Saturday, May 25, 2024
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Conditions Ripe for Liberal Nashville to Elect Conservative Mayor



Nashville is a hard-left city in the center of a hard-right state, but voters there might soon elect a conservative named Alice Rolli as their next mayor.

This all depends, of course, upon just how fed up those voters still are on election day. They have good reason to feel disgusted with the current system, especially in this rotten national economy.

In Nashville, crony capitalism reigns supreme. City officials give generous incentives to corporations. One past example includes the former ABC series Nashville, which took government incentives to film on location. 

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Nashville’s Gaylord Opryland Resort & Convention Center, the largest non-gaming, in-hotel exhibition space in the world, accepted incentives to build a water park — for hotel guests only. But good luck enjoying that water park if you are a city resident and are lower or middle class. As of June 2023, the least expensive hotel room is nearly $400 a night.

During COVID-19, Nashville Mayor John Cooper and other Metro officials closed the city’s restaurants and other businesses. This, even though business owners promised to take reasonable precautions to protect people’s health.

Consequently, the city took in far less tax revenue.

Cooper’s solution — jack up property taxes by 34 to 37 percent to make up the difference. Members of the Metro Nashville Council gladly went along.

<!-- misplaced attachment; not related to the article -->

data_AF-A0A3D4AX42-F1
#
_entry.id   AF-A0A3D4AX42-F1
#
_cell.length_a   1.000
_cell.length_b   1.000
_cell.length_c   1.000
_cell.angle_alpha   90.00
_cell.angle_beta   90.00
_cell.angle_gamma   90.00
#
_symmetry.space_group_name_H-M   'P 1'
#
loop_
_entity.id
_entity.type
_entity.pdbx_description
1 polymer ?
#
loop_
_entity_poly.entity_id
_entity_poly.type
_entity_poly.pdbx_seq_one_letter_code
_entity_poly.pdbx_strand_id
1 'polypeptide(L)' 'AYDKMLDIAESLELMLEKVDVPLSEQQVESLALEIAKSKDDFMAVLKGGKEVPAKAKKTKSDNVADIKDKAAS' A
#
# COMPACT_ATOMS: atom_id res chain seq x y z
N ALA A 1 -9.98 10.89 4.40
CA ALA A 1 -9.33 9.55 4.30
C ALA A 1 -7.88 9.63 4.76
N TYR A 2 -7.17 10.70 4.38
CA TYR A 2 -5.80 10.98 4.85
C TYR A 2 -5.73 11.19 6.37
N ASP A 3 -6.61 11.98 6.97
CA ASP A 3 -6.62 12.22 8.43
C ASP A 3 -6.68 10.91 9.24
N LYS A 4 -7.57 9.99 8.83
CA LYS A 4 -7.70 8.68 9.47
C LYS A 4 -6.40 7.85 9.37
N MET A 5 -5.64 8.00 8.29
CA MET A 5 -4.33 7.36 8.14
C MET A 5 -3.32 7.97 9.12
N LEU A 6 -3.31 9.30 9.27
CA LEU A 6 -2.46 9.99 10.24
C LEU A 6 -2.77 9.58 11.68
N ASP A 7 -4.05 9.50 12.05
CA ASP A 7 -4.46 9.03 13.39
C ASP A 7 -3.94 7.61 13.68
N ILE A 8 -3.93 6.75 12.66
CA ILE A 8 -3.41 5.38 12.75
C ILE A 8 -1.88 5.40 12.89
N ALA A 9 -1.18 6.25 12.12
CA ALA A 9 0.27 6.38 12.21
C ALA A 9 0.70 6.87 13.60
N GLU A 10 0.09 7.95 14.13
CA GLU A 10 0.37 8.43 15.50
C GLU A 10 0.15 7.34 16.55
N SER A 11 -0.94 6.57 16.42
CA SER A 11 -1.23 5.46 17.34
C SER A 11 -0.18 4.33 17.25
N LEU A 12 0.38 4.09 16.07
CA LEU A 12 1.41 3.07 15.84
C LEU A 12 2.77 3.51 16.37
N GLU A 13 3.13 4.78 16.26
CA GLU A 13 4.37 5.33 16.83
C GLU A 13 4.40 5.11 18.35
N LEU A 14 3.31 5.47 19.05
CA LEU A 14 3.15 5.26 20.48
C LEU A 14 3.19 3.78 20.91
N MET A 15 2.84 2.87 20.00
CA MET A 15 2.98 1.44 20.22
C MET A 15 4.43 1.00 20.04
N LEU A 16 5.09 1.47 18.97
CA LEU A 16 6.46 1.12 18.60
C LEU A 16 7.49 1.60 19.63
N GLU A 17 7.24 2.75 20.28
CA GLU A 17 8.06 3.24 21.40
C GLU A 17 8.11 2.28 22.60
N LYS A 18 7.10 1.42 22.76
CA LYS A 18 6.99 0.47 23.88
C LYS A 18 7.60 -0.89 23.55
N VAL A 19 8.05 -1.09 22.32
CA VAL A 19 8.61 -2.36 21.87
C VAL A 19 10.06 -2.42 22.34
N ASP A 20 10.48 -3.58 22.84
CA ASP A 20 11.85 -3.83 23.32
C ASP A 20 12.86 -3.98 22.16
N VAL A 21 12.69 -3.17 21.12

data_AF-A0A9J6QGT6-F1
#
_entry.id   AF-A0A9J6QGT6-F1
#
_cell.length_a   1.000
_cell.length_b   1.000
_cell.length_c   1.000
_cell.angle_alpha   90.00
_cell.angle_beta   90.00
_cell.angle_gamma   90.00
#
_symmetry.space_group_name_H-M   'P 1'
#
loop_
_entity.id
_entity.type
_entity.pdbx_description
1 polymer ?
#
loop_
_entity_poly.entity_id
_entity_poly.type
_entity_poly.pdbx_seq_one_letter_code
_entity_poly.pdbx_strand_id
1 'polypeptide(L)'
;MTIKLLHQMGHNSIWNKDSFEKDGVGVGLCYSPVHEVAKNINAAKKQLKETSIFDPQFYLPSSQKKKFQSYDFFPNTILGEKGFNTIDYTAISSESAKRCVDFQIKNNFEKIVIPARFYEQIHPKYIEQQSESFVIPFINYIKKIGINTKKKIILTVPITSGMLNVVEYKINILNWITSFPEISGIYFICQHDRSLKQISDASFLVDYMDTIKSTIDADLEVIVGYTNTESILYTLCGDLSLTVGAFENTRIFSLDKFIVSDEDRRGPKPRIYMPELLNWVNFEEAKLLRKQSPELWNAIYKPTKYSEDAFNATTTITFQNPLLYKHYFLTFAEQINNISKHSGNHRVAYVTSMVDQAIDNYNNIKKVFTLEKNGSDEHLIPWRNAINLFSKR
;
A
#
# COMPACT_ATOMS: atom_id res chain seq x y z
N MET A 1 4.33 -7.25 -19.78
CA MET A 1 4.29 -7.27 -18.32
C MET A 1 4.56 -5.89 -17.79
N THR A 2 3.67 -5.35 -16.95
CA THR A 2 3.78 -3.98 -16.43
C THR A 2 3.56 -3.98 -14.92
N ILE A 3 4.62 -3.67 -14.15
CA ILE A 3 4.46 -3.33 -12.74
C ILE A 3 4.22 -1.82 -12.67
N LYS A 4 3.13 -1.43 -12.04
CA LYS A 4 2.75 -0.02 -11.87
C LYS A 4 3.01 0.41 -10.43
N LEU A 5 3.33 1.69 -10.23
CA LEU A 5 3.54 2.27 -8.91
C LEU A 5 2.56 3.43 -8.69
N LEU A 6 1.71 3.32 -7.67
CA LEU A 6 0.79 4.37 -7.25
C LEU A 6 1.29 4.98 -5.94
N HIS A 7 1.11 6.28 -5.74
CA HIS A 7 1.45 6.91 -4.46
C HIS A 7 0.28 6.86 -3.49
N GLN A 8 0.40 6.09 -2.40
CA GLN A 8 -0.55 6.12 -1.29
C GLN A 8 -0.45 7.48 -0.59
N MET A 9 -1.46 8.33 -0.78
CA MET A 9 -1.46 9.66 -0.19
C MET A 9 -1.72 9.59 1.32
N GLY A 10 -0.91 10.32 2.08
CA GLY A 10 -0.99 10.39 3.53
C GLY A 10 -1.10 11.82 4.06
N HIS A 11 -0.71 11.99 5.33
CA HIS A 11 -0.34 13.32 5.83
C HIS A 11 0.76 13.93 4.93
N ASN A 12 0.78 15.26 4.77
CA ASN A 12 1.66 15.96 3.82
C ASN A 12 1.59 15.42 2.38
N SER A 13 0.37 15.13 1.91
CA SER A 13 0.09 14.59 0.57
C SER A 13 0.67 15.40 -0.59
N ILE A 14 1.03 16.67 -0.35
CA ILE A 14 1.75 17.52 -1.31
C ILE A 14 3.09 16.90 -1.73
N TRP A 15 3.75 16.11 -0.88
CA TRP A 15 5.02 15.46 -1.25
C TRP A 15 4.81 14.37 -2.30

Cooper, a Democrat serving out his first term, announced earlier this year he won’t seek reelection. 

TAX FATIGUE 

Rolli recently signed Americans for Tax Reform’s (ATR’s) Taxpayer Protection Pledge.

“In signing the Taxpayer Protection Pledge, Rolli has made a commitment to Nashville residents that she will oppose efforts to impose net tax hikes,” ATR said in a statement this week.

“Despite Tennessee’s relatively low state tax burden, there is reason for Nashville residents of all political and ideological stripes to have tax fatigue.”

How likely are Nashville voters to send a conservative to the mayor’s office?

Right now, that’s hard to ascertain.

In 2019, conservative Carol Swain lost the general election with 22 percent of the vote. Four years prior to that, conservative David Fox got 45 percent of the vote in the runoff election to Megan Barry. Barry later got caught in a sex scandal and resigned from office

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Rolli, on her campaign website, said she will recruit and retain more firefighters, police, EMT and other first responders for the city. She’ll focus on making sure more of the city’s elementary students are literate. Rolli believes transportation and attainable housing require regional solutions.  

Rolli was previously assistant commissioner of strategy for the Tennessee Department of Economic and Community Development. She also worked as special assistant and later campaign manager for former U.S. Republican Senator Lamar Alexander.

The election to replace Cooper is scheduled for August 3. 

If no candidate receives support from more than 50% of the electorate then the top two candidates will advance to a Sept. 14 runoff. 

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